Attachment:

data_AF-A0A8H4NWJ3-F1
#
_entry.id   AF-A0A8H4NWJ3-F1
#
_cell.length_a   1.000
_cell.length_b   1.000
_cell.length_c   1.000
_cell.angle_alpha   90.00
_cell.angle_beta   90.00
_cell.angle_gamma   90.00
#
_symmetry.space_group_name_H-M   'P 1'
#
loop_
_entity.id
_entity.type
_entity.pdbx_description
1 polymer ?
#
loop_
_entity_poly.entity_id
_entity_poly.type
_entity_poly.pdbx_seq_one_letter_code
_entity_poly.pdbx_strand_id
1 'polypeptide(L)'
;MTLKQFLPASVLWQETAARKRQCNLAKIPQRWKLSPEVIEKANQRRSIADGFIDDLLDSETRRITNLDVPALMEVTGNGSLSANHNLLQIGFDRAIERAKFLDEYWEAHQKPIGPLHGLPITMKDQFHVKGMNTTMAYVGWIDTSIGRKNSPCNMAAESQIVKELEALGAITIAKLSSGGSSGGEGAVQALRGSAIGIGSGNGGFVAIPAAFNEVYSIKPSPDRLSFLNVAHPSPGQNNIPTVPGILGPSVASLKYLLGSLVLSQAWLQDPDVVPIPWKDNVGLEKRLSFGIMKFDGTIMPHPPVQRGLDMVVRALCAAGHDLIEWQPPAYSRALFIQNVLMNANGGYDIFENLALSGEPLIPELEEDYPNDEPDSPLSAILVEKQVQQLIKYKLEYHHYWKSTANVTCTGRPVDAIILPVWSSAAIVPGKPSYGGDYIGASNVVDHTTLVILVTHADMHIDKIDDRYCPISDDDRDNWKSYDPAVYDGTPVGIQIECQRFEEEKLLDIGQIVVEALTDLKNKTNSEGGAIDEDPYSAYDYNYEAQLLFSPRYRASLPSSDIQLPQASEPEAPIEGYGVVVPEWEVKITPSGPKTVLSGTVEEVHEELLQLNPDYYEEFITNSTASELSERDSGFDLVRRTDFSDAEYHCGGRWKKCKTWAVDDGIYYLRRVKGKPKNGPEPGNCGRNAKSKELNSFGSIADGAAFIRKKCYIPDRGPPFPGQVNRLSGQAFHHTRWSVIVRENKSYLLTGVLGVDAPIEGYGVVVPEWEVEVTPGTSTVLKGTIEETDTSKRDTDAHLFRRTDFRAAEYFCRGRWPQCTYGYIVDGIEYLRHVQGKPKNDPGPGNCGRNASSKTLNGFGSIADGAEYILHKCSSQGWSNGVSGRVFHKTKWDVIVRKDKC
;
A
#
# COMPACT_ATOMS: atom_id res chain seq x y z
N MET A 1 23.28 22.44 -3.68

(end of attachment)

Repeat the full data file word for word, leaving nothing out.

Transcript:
data_AF-A0A8H4NWJ3-F1
#
_entry.id   AF-A0A8H4NWJ3-F1
#
_cell.length_a   1.000
_cell.length_b   1.000
_cell.length_c   1.000
_cell.angle_alpha   90.00
_cell.angle_beta   90.00
_cell.angle_gamma   90.00
#
_symmetry.space_group_name_H-M   'P 1'
#
loop_
_entity.id
_entity.type
_entity.pdbx_description
1 polymer ?
#
loop_
_entity_poly.entity_id
_entity_poly.type
_entity_poly.pdbx_seq_one_letter_code
_entity_poly.pdbx_strand_id
1 'polypeptide(L)'
;MTLKQFLPASVLWQETAARKRQCNLAKIPQRWKLSPEVIEKANQRRSIADGFIDDLLDSETRRITNLDVPALMEVTGNGSLSANHNLLQIGFDRAIERAKFLDEYWEAHQKPIGPLHGLPITMKDQFHVKGMNTTMAYVGWIDTSIGRKNSPCNMAAESQIVKELEALGAITIAKLSSGGSSGGEGAVQALRGSAIGIGSGNGGFVAIPAAFNEVYSIKPSPDRLSFLNVAHPSPGQNNIPTVPGILGPSVASLKYLLGSLVLSQAWLQDPDVVPIPWKDNVGLEKRLSFGIMKFDGTIMPHPPVQRGLDMVVRALCAAGHDLIEWQPPAYSRALFIQNVLMNANGGYDIFENLALSGEPLIPELEEDYPNDEPDSPLSAILVEKQVQQLIKYKLEYHHYWKSTANVTCTGRPVDAIILPVWSSAAIVPGKPSYGGDYIGASNVVDHTTLVILVTHADMHIDKIDDRYCPISDDDRDNWKSYDPAVYDGTPVGIQIECQRFEEEKLLDIGQIVVEALTDLKNKTNSEGGAIDEDPYSAYDYNYEAQLLFSPRYRASLPSSDIQLPQASEPEAPIEGYGVVVPEWEVKITPSGPKTVLSGTVEEVHEELLQLNPDYYEEFITNSTASELSERDSGFDLVRRTDFSDAEYHCGGRWKKCKTWAVDDGIYYLRRVKGKPKNGPEPGNCGRNAKSKELNSFGSIADGAAFIRKKCYIPDRGPPFPGQVNRLSGQAFHHTRWSVIVRENKSYLLTGVLGVDAPIEGYGVVVPEWEVEVTPGTSTVLKGTIEETDTSKRDTDAHLFRRTDFRAAEYFCRGRWPQCTYGYIVDGIEYLRHVQGKPKNDPGPGNCGRNASSKTLNGFGSIADGAEYILHKCSSQGWSNGVSGRVFHKTKWDVIVRKDKC
;
A
#
# COMPACT_ATOMS: atom_id res chain seq x y z
N MET A 1 23.28 22.44 -3.68